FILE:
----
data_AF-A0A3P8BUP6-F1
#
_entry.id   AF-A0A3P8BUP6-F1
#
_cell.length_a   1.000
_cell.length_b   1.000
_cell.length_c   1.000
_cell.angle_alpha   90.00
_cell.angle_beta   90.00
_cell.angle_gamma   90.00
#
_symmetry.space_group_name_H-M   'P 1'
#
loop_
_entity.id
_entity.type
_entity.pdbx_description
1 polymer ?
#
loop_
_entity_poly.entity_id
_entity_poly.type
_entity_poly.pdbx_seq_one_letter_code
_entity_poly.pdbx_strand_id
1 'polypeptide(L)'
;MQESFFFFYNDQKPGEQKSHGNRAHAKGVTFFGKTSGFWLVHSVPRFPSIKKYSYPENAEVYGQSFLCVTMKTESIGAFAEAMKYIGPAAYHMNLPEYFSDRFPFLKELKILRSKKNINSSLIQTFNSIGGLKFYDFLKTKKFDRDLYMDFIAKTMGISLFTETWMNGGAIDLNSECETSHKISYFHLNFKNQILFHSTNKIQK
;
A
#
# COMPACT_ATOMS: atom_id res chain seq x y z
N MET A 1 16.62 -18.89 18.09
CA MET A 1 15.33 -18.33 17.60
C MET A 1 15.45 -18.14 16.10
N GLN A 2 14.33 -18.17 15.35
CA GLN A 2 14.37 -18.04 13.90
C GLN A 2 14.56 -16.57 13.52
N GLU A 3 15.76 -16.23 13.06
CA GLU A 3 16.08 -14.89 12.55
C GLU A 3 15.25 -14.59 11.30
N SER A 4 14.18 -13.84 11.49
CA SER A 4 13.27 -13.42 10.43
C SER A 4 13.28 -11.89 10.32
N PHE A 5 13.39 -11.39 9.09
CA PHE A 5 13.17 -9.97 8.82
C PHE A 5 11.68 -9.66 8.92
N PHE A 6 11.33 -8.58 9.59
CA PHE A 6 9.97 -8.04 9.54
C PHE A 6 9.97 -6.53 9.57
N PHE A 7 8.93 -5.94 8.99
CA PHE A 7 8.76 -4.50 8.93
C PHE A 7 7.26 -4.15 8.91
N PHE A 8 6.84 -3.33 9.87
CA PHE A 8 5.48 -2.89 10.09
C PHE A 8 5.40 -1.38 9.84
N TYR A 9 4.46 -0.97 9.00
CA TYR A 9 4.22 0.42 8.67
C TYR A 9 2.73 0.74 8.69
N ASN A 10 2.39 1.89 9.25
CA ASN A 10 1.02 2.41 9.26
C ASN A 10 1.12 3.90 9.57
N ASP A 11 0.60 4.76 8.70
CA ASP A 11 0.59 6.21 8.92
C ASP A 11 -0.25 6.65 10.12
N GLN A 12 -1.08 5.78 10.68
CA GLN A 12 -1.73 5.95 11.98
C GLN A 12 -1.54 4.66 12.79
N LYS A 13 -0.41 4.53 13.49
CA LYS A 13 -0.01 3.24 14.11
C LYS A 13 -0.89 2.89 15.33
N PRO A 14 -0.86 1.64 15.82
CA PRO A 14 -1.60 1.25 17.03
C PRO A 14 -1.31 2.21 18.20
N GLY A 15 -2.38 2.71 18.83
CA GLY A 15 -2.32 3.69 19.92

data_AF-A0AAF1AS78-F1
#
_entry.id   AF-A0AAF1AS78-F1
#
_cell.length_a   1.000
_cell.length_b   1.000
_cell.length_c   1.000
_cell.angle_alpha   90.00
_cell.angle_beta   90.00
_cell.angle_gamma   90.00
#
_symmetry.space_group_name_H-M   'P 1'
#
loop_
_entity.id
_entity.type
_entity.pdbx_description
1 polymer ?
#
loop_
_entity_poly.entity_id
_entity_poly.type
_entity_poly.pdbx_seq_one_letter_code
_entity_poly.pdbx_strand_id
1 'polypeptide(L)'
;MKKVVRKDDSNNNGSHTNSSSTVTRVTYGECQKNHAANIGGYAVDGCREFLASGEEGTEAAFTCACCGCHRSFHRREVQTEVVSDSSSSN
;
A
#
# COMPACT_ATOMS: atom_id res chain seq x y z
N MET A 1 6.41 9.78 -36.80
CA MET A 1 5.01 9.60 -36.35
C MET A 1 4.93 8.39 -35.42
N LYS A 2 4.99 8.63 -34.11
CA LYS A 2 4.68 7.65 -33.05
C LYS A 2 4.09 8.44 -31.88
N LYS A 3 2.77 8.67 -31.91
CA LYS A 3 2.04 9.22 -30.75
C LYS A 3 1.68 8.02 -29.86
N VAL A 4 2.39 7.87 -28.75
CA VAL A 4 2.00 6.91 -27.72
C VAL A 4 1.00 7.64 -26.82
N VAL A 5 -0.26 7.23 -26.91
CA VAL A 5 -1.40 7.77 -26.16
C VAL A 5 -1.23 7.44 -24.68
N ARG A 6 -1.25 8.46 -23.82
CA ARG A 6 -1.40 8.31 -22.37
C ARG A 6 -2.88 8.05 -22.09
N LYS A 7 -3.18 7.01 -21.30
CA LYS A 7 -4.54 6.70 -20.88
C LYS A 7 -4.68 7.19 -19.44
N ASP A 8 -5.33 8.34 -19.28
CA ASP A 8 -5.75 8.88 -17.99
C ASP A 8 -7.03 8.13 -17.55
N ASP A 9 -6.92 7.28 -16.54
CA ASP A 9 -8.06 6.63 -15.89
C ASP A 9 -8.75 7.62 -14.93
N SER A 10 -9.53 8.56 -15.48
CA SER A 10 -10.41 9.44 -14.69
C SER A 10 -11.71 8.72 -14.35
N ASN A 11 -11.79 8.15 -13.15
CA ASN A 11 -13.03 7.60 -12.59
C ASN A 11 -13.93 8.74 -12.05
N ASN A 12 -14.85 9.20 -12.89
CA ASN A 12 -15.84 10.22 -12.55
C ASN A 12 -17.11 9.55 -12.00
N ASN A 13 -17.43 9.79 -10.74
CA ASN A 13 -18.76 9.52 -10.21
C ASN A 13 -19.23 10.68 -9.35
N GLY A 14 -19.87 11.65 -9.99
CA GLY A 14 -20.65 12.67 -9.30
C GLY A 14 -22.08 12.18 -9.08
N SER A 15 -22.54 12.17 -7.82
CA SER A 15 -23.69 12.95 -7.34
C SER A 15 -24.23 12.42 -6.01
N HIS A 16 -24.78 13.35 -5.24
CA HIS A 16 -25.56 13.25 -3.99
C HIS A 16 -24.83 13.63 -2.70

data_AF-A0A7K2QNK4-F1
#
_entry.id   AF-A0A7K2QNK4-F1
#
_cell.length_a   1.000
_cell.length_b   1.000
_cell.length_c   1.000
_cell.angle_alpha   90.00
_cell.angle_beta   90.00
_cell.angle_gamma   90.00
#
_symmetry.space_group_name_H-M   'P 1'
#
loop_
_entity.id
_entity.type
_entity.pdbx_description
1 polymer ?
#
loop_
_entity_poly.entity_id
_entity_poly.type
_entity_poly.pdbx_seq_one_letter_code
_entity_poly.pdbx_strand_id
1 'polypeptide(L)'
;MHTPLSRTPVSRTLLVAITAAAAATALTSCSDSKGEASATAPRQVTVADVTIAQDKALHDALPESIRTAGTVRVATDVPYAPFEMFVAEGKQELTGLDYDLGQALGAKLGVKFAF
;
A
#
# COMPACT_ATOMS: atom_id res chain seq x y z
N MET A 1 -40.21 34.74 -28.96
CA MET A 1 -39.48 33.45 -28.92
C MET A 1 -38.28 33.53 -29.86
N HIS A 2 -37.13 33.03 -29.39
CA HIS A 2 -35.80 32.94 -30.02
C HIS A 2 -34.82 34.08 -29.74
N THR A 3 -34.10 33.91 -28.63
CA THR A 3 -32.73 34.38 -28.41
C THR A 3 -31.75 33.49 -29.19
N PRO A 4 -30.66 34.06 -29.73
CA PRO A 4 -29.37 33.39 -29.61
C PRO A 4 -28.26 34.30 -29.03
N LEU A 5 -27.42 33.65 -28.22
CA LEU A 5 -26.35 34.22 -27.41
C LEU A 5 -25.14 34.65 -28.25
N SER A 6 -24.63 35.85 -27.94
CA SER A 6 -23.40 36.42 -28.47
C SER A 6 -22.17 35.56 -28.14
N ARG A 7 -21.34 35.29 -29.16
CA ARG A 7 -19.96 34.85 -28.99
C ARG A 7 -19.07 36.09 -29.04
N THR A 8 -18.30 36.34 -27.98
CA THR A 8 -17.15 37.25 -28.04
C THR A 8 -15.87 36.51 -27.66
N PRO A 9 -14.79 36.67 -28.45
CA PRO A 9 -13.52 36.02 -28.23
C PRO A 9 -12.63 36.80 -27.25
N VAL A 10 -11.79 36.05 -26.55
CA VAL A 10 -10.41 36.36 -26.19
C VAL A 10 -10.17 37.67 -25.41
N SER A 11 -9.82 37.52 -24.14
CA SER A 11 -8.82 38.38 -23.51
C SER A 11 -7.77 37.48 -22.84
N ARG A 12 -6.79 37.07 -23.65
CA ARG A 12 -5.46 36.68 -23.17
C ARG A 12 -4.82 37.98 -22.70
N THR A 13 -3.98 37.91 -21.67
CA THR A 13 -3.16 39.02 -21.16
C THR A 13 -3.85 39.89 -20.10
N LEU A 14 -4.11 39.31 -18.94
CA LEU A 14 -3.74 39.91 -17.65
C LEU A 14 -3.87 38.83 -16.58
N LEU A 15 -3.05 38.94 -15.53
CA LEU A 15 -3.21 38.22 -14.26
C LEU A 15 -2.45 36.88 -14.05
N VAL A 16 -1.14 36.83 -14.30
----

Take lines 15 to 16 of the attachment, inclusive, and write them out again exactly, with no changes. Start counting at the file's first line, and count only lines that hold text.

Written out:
_entity.id
_entity.type